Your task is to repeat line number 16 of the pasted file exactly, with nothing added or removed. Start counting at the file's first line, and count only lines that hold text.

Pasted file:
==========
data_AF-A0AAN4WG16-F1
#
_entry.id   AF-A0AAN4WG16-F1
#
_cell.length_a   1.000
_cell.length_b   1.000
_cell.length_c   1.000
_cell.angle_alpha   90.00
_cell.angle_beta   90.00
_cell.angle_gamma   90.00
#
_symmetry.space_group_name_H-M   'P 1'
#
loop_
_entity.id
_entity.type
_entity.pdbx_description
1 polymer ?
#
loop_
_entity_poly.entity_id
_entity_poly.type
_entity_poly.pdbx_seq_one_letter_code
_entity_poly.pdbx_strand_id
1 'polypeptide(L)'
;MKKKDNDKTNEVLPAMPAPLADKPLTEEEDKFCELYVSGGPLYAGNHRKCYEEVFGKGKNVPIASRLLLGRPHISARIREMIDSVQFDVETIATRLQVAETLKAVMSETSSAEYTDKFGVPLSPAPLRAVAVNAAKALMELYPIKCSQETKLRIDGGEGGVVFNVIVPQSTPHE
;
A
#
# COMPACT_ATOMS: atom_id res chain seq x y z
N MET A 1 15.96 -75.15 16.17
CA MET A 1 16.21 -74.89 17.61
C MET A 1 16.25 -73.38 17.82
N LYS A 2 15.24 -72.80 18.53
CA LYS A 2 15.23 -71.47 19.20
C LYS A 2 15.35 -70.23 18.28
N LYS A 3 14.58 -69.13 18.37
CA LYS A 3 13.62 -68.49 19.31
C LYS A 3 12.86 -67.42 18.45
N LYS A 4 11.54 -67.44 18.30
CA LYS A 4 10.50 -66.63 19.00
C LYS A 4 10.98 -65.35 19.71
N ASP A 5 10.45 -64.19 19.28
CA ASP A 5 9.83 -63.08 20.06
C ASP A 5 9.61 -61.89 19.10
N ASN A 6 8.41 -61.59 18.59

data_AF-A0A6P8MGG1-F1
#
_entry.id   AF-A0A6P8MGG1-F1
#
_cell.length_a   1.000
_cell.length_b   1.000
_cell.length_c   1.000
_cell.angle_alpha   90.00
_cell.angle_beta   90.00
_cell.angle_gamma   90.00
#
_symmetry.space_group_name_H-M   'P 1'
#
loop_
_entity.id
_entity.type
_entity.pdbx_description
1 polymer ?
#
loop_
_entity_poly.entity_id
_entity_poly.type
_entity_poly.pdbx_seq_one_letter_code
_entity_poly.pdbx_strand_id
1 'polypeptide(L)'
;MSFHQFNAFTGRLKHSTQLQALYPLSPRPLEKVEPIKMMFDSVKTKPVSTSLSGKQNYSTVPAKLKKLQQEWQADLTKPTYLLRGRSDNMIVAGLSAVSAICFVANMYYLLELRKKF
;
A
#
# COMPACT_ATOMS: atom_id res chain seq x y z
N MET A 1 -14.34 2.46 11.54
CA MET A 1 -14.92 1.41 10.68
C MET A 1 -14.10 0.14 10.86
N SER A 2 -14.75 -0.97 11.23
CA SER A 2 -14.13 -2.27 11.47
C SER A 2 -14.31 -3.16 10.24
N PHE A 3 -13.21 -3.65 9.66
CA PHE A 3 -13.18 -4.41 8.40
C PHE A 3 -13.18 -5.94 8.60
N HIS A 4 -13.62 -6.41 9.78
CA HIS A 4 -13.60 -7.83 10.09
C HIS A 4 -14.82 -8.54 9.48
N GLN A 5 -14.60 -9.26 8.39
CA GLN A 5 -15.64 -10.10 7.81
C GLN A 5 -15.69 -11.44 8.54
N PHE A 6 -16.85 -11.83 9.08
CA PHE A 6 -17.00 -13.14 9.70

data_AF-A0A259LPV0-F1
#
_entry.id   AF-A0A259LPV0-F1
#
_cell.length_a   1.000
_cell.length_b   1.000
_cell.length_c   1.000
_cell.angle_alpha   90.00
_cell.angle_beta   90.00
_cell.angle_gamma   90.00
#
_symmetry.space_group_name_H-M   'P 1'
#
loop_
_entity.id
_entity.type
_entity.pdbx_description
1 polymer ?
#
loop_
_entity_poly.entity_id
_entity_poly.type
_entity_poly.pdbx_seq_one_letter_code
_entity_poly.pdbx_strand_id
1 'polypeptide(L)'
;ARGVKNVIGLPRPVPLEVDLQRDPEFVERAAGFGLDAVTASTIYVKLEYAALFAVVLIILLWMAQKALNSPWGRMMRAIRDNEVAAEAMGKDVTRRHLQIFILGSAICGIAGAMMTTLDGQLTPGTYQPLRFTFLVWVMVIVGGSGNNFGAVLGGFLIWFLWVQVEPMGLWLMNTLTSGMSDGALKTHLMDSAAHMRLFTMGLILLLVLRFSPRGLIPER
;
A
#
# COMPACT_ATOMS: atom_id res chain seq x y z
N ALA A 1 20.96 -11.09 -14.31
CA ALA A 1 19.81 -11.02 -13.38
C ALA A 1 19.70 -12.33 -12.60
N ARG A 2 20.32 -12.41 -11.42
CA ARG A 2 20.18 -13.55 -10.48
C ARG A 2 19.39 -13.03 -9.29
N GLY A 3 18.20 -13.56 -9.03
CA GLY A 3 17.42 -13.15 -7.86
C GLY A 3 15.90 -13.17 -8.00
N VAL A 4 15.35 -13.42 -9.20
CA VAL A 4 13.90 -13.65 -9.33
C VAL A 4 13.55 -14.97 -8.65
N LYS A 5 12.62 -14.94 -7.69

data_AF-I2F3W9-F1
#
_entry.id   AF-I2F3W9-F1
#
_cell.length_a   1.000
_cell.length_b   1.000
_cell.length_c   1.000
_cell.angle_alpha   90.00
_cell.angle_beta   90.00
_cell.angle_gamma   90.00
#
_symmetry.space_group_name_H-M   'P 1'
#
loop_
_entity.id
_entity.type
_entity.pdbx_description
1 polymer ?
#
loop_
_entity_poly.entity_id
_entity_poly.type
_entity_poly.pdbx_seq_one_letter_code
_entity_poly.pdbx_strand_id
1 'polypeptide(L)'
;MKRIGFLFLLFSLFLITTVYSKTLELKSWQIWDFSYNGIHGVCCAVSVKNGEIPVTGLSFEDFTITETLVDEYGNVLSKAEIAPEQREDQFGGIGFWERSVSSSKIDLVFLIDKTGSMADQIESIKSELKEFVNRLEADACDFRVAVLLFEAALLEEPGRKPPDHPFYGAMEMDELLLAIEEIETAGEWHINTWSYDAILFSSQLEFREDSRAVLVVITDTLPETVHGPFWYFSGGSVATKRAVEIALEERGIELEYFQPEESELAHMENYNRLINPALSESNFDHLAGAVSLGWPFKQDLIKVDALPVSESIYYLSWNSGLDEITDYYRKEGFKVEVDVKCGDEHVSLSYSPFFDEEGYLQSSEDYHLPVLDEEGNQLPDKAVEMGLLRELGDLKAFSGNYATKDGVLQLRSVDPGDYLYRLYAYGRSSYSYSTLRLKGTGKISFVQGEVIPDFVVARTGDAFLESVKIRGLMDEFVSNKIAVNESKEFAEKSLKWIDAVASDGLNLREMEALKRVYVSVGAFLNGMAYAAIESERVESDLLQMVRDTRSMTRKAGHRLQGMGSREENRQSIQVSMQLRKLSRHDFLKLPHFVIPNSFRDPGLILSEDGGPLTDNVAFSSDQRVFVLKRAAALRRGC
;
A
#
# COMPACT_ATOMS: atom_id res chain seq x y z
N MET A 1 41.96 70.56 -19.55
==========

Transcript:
_entity.type